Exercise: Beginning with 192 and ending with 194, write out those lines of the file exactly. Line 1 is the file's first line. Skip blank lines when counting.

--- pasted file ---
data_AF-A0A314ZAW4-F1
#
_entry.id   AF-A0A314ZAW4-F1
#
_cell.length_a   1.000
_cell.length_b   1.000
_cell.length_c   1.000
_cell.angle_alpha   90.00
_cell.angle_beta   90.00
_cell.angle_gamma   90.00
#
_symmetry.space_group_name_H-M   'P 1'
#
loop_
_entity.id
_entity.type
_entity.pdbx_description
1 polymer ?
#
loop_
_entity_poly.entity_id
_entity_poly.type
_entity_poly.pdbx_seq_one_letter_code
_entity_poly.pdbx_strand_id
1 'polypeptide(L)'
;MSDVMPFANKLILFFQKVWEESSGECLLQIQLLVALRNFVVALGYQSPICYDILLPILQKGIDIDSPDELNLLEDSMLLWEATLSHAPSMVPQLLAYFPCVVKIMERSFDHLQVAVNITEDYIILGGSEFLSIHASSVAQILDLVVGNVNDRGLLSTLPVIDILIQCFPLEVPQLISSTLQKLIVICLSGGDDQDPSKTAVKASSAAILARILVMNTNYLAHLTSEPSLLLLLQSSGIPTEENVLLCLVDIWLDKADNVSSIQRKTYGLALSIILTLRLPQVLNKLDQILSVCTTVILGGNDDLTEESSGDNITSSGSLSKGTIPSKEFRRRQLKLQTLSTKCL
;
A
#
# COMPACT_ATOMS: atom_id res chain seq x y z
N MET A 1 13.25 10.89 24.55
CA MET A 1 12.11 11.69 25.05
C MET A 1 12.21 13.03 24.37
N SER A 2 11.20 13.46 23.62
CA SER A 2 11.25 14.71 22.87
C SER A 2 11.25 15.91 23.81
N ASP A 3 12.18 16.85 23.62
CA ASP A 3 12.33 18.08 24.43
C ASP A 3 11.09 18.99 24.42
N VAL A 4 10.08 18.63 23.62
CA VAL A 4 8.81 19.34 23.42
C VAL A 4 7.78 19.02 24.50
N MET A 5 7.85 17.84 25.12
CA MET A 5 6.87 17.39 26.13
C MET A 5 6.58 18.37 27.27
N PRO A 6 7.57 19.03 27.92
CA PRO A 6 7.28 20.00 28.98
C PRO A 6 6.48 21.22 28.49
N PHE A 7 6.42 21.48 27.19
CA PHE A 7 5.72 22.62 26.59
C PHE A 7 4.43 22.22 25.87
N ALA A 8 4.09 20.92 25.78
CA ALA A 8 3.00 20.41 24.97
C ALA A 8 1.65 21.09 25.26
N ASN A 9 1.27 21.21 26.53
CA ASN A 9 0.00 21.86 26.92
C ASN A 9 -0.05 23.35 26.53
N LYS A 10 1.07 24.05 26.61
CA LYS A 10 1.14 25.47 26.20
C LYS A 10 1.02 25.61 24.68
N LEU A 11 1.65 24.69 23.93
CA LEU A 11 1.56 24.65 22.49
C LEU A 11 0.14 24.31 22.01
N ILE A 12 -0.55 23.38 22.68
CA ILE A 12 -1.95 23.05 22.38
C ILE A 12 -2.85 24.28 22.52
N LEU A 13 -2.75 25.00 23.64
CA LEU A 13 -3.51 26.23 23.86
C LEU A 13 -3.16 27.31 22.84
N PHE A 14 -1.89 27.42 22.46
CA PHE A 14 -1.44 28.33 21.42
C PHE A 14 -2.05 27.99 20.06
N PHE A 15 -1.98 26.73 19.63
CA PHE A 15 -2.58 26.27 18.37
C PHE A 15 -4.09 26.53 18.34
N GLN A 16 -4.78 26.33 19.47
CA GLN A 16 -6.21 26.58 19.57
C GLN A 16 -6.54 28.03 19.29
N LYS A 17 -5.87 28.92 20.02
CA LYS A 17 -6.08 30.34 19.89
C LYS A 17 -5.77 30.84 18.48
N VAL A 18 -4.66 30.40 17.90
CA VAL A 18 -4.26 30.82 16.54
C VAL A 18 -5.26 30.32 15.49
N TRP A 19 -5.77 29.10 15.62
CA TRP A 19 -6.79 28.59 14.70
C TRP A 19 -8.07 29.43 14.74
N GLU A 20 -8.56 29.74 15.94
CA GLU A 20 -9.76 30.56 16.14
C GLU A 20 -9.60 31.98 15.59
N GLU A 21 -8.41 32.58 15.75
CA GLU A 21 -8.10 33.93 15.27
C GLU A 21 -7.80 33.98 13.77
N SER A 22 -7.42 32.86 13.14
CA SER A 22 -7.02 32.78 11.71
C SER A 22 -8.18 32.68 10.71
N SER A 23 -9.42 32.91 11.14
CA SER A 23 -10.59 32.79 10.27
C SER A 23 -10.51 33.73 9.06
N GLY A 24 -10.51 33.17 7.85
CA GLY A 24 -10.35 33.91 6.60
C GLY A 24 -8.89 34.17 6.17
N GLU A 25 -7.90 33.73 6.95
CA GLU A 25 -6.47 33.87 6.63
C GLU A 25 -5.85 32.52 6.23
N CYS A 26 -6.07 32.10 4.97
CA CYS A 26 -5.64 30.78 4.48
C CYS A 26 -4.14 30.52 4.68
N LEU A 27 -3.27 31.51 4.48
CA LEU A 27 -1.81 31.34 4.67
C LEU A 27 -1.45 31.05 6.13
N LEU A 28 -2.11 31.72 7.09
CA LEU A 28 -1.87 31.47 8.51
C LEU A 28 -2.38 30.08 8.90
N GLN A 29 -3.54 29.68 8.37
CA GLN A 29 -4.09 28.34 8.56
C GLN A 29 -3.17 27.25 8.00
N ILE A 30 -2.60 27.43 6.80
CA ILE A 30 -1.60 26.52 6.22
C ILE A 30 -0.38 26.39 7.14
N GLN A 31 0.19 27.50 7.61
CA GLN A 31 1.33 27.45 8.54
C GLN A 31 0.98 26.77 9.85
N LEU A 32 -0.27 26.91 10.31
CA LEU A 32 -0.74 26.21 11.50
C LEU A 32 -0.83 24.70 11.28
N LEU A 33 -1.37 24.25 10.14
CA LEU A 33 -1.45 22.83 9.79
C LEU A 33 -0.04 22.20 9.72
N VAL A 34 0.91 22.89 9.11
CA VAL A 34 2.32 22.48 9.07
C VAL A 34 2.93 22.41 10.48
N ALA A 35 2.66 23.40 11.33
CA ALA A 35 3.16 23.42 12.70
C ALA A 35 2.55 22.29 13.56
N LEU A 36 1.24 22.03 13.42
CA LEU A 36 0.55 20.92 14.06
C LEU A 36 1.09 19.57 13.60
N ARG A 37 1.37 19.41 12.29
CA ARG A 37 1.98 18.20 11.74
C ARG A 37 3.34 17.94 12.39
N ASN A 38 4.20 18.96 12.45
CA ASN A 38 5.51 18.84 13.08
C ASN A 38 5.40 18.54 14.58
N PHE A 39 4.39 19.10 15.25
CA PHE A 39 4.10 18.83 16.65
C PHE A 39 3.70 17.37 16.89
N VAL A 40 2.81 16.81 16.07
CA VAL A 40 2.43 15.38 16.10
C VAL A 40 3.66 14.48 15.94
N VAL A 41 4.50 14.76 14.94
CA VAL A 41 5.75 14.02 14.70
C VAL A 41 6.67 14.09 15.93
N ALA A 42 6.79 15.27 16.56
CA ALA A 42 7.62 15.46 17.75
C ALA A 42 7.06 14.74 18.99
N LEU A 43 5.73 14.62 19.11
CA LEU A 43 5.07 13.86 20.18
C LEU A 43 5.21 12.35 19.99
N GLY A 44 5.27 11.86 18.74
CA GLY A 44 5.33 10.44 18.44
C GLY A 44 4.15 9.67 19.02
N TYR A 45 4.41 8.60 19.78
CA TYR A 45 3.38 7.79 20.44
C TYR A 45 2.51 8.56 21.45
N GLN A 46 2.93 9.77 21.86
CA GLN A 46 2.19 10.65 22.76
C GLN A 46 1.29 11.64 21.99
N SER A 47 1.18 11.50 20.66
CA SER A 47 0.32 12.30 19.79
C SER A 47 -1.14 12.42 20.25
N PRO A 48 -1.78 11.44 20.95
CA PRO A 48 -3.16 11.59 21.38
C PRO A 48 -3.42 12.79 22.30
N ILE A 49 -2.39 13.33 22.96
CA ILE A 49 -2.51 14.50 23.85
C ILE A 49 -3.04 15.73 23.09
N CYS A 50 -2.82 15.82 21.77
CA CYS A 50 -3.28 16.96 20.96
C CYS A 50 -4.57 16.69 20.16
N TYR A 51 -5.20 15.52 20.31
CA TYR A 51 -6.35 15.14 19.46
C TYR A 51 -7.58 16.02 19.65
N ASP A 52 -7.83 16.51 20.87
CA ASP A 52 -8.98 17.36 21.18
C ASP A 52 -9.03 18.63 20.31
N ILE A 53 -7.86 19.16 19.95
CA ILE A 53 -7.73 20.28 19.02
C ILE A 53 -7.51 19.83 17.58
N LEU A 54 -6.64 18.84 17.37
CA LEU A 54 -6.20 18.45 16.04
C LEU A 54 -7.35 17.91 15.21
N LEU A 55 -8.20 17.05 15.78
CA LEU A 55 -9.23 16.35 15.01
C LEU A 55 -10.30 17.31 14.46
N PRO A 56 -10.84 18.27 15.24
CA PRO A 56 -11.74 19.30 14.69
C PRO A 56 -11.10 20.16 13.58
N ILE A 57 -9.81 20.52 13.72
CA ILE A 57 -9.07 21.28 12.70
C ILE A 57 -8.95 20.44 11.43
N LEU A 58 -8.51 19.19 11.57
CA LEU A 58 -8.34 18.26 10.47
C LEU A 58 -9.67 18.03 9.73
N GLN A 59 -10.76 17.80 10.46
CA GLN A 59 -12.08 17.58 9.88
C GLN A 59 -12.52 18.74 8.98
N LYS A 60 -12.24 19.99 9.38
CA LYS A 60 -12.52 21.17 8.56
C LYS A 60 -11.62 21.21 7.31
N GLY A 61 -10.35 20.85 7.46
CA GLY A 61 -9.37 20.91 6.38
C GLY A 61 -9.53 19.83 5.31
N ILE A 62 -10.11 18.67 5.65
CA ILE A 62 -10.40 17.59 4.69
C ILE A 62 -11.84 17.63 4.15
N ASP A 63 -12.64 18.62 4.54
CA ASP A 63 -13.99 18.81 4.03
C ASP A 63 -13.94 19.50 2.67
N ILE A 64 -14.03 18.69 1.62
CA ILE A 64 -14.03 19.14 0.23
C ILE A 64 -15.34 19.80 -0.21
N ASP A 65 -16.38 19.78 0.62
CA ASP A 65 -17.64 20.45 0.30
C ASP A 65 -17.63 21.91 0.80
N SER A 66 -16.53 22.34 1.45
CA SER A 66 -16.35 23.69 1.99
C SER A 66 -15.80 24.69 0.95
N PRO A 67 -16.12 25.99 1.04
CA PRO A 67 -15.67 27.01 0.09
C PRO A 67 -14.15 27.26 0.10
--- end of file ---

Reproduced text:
C LEU A 54 -7.35 17.91 15.21
N LEU A 55 -8.20 17.05 15.78
CA LEU A 55 -9.23 16.35 15.01